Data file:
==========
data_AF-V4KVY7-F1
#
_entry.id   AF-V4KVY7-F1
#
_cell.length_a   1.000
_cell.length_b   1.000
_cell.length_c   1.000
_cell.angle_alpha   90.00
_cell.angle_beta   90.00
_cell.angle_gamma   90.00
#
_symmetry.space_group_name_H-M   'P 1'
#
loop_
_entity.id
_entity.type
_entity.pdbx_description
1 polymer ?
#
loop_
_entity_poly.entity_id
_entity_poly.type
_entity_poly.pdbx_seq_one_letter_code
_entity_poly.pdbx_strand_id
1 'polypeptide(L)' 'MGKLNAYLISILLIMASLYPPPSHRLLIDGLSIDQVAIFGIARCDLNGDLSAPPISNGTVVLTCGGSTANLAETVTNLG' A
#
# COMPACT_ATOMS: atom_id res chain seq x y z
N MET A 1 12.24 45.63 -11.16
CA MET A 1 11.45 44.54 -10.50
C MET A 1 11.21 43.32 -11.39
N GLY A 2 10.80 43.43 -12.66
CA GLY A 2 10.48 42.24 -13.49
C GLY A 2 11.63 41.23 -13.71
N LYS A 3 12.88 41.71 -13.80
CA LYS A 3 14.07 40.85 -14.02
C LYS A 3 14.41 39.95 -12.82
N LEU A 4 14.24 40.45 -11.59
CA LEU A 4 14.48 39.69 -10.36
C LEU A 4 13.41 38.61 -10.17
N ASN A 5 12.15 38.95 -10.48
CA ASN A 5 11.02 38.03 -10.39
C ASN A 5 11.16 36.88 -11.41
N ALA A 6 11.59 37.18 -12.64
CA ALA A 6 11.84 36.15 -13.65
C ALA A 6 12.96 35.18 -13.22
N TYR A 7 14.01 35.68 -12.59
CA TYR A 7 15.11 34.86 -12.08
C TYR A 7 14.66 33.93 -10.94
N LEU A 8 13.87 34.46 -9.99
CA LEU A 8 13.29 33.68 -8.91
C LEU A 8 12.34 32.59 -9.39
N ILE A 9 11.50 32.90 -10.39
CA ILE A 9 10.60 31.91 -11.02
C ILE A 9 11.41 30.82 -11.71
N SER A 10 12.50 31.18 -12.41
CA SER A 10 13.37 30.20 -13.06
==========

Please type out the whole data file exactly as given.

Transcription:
data_AF-V4KVY7-F1
#
_entry.id   AF-V4KVY7-F1
#
_cell.length_a   1.000
_cell.length_b   1.000
_cell.length_c   1.000
_cell.angle_alpha   90.00
_cell.angle_beta   90.00
_cell.angle_gamma   90.00
#
_symmetry.space_group_name_H-M   'P 1'
#
loop_
_entity.id
_entity.type
_entity.pdbx_description
1 polymer ?
#
loop_
_entity_poly.entity_id
_entity_poly.type
_entity_poly.pdbx_seq_one_letter_code
_entity_poly.pdbx_strand_id
1 'polypeptide(L)' 'MGKLNAYLISILLIMASLYPPPSHRLLIDGLSIDQVAIFGIARCDLNGDLSAPPISNGTVVLTCGGSTANLAETVTNLG' A
#
# COMPACT_ATOMS: atom_id res chain seq x y z
N MET A 1 12.24 45.63 -11.16
CA MET A 1 11.45 44.54 -10.50
C MET A 1 11.21 43.32 -11.39
N GLY A 2 10.80 43.43 -12.66
CA GLY A 2 10.48 42.24 -13.49
C GLY A 2 11.63 41.23 -13.71
N LYS A 3 12.88 41.71 -13.80
CA LYS A 3 14.07 40.85 -14.02
C LYS A 3 14.41 39.95 -12.82
N LEU A 4 14.24 40.45 -11.59
CA LEU A 4 14.48 39.69 -10.36
C LEU A 4 13.41 38.61 -10.17
N ASN A 5 12.15 38.95 -10.48
CA ASN A 5 11.02 38.03 -10.39
C ASN A 5 11.16 36.88 -11.41
N ALA A 6 11.59 37.18 -12.64
CA ALA A 6 11.84 36.15 -13.65
C ALA A 6 12.96 35.18 -13.22
N TYR A 7 14.01 35.68 -12.59
CA TYR A 7 15.11 34.86 -12.08
C TYR A 7 14.66 33.93 -10.94
N LEU A 8 13.87 34.46 -9.99
CA LEU A 8 13.29 33.68 -8.91
C LEU A 8 12.34 32.59 -9.39
N ILE A 9 11.50 32.90 -10.39
CA ILE A 9 10.60 31.91 -11.02
C ILE A 9 11.41 30.82 -11.71
N SER A 10 12.50 31.18 -12.41
CA SER A 10 13.37 30.20 -13.06